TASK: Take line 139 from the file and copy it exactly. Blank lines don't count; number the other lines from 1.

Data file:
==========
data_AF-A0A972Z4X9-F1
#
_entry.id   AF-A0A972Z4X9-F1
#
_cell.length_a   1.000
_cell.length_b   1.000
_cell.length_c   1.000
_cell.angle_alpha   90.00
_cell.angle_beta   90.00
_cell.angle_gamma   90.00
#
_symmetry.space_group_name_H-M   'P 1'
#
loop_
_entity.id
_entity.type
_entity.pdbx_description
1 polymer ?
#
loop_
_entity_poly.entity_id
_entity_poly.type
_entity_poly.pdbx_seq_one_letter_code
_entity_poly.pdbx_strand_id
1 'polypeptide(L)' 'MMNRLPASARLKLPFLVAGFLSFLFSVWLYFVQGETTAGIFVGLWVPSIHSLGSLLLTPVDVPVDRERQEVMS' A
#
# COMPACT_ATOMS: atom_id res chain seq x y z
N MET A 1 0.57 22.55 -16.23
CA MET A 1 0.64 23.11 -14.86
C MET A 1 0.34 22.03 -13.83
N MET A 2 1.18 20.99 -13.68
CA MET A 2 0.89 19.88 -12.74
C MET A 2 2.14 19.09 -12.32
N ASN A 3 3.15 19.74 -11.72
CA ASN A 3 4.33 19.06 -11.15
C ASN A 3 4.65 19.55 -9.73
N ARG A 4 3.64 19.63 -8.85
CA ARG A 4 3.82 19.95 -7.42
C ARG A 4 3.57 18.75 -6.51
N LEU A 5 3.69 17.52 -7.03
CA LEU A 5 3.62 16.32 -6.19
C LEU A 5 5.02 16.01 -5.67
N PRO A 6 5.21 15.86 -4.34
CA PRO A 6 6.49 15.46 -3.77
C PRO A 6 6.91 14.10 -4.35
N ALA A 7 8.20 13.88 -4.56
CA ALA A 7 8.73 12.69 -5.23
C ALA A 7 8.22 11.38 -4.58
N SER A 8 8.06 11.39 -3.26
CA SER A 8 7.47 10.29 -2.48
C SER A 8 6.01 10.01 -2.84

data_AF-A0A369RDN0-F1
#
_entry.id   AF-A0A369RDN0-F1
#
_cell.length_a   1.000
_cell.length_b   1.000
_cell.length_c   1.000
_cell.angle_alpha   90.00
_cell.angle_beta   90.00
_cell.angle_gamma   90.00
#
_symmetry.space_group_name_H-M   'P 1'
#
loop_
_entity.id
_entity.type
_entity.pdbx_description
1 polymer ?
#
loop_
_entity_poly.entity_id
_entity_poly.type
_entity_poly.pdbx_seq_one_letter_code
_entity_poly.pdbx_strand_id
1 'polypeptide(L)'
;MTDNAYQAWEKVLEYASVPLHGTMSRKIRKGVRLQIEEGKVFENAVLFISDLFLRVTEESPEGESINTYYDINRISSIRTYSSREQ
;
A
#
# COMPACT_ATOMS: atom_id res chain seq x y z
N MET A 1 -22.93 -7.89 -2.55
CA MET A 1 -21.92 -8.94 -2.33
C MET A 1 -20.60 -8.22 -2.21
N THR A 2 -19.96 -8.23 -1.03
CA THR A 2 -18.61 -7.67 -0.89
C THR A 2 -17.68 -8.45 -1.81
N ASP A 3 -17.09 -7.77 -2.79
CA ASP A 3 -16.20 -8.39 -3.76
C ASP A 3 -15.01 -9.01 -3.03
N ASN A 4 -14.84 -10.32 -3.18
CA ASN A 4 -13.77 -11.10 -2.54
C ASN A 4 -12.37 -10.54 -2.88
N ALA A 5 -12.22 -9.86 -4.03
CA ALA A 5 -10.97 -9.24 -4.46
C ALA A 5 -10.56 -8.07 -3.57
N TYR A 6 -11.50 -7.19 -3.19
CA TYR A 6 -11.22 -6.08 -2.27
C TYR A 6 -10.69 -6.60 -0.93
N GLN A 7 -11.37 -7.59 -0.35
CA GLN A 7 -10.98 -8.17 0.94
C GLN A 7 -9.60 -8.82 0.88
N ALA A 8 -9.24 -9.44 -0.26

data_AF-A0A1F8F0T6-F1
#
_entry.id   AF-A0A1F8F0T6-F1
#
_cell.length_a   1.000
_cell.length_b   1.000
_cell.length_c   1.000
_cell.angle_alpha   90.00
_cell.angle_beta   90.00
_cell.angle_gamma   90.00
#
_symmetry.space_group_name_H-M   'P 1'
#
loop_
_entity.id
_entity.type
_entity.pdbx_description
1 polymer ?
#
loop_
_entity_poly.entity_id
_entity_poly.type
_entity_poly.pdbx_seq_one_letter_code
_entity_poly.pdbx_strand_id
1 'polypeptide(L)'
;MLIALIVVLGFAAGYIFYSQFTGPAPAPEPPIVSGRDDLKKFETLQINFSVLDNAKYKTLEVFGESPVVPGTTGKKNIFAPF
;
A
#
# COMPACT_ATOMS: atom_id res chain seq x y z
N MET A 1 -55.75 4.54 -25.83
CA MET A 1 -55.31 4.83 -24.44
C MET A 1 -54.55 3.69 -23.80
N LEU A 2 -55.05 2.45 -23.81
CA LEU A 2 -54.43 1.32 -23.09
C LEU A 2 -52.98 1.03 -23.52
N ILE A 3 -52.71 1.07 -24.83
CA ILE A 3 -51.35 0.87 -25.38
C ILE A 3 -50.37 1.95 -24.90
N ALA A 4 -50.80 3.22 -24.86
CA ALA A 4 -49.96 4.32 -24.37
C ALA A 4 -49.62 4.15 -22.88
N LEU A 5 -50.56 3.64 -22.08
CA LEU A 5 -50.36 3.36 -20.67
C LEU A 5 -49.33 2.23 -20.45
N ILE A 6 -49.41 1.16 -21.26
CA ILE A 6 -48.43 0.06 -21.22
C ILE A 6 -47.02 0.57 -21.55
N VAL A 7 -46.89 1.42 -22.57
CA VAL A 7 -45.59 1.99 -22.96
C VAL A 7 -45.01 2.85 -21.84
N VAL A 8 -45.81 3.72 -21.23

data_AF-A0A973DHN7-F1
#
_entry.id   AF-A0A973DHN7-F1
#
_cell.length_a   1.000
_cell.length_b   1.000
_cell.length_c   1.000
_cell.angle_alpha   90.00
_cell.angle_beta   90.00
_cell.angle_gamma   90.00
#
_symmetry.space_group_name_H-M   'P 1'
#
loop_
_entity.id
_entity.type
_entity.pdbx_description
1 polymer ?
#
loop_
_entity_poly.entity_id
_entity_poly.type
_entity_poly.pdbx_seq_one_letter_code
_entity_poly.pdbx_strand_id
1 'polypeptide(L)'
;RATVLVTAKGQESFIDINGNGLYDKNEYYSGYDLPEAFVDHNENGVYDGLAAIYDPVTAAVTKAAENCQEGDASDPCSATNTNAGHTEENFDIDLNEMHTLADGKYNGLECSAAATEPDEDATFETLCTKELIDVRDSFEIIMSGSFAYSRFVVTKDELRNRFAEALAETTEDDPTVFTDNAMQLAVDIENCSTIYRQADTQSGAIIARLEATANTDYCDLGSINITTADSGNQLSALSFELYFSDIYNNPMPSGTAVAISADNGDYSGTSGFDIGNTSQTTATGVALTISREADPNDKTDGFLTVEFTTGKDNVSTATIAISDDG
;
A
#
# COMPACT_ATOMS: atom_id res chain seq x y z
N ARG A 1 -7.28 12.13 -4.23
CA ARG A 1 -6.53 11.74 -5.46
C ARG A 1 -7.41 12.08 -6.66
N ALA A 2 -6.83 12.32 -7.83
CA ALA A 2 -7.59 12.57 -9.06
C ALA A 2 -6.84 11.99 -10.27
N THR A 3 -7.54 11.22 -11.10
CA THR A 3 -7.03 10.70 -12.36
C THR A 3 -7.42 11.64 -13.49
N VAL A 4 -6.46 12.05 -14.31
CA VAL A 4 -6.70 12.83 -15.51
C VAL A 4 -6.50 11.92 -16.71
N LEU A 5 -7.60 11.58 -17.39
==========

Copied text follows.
C LEU A 2 -52.98 1.03 -23.52